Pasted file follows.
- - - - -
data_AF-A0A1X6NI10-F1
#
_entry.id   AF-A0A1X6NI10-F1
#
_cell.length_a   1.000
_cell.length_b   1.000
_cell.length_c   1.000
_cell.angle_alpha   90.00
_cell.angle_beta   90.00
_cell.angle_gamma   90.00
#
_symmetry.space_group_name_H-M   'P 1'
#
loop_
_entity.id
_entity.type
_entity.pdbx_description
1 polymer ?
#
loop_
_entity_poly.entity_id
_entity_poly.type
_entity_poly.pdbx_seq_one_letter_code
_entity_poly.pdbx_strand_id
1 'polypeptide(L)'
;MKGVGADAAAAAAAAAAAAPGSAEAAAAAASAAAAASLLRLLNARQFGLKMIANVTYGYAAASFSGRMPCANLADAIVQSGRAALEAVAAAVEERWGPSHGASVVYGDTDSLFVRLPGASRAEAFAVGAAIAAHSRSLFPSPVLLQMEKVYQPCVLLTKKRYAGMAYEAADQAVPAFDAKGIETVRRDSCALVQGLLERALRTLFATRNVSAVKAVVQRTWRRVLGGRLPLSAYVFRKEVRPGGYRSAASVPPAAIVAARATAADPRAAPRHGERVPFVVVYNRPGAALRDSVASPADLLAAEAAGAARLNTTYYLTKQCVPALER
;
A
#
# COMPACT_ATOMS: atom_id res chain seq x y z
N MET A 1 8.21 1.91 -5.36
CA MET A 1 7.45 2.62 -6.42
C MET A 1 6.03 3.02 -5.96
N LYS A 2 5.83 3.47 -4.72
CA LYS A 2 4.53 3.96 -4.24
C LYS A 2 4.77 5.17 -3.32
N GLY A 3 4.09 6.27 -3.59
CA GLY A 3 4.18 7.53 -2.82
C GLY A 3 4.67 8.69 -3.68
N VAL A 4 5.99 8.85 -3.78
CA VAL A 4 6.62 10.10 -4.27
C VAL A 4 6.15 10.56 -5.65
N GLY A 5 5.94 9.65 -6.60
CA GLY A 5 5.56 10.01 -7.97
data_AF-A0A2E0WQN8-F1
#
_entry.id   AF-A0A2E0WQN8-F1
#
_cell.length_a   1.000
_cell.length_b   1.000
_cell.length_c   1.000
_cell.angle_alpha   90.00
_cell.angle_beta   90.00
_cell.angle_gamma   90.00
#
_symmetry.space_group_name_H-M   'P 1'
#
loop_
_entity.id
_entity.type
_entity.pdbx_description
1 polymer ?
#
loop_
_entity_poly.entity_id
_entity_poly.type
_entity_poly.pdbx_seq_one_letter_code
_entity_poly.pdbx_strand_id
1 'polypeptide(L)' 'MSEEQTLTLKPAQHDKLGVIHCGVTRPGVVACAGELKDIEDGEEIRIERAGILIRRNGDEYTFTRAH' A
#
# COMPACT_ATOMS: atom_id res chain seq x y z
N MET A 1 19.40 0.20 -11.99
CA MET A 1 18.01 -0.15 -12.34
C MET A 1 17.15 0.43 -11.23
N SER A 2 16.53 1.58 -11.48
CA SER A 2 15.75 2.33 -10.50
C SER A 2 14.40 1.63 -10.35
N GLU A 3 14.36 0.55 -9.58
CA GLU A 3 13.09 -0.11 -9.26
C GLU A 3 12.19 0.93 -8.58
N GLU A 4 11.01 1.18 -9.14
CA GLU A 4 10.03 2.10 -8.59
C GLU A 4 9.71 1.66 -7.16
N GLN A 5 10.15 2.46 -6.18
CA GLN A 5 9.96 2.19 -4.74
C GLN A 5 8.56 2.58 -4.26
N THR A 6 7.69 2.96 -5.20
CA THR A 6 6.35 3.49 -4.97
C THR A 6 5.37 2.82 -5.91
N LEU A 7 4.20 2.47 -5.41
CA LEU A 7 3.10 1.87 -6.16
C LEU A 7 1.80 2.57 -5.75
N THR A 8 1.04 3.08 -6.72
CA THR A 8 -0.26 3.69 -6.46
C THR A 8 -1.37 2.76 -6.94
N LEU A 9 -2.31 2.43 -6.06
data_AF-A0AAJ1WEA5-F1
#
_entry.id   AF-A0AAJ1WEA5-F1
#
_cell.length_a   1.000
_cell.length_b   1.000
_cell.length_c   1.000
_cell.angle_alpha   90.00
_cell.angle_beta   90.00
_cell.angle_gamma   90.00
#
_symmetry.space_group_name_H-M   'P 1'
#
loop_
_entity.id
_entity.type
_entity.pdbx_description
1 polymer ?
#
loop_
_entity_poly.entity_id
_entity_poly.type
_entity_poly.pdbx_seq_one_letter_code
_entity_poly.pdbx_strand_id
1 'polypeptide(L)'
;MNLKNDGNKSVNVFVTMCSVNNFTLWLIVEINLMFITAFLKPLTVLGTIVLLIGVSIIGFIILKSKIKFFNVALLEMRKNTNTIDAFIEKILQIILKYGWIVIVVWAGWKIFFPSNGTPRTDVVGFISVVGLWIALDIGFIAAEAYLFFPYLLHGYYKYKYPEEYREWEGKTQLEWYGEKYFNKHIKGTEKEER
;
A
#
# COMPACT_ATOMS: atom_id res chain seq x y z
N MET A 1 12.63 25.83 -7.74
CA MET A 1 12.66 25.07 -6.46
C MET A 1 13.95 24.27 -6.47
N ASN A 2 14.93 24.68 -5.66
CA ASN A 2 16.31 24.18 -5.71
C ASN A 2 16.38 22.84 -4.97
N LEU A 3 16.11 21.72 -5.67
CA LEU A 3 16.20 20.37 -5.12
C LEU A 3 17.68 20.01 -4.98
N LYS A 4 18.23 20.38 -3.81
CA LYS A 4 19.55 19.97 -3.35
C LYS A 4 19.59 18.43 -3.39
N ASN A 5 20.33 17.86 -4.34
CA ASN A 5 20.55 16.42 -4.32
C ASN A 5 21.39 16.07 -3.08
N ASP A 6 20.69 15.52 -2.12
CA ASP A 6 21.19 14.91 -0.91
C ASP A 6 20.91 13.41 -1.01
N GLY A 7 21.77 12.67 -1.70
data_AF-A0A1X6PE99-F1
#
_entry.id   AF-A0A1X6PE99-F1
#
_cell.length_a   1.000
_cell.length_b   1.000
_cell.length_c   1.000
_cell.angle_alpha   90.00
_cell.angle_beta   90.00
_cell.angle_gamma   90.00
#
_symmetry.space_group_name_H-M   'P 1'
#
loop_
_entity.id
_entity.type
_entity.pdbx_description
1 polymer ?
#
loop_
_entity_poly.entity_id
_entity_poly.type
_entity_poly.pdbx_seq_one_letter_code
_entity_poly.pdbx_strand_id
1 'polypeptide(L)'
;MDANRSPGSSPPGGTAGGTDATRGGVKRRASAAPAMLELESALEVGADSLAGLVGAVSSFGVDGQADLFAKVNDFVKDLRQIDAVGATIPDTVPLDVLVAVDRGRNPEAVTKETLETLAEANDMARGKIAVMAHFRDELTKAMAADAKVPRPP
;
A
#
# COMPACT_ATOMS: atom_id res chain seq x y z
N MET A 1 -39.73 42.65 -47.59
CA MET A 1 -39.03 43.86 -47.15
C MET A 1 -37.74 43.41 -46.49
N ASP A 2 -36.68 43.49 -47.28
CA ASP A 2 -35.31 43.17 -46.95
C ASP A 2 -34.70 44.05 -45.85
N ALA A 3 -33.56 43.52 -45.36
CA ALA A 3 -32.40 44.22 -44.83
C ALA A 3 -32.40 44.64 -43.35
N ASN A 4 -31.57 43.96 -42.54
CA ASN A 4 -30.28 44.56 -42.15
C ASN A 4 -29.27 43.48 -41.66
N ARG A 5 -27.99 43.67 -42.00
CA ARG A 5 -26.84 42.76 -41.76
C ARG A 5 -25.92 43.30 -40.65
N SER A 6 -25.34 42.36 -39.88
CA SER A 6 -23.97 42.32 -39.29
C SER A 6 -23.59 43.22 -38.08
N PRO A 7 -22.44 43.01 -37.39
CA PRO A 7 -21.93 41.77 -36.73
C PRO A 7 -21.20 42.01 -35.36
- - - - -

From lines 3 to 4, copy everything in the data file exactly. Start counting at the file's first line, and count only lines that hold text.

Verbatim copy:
_entry.id   AF-A0A1X6NI10-F1
#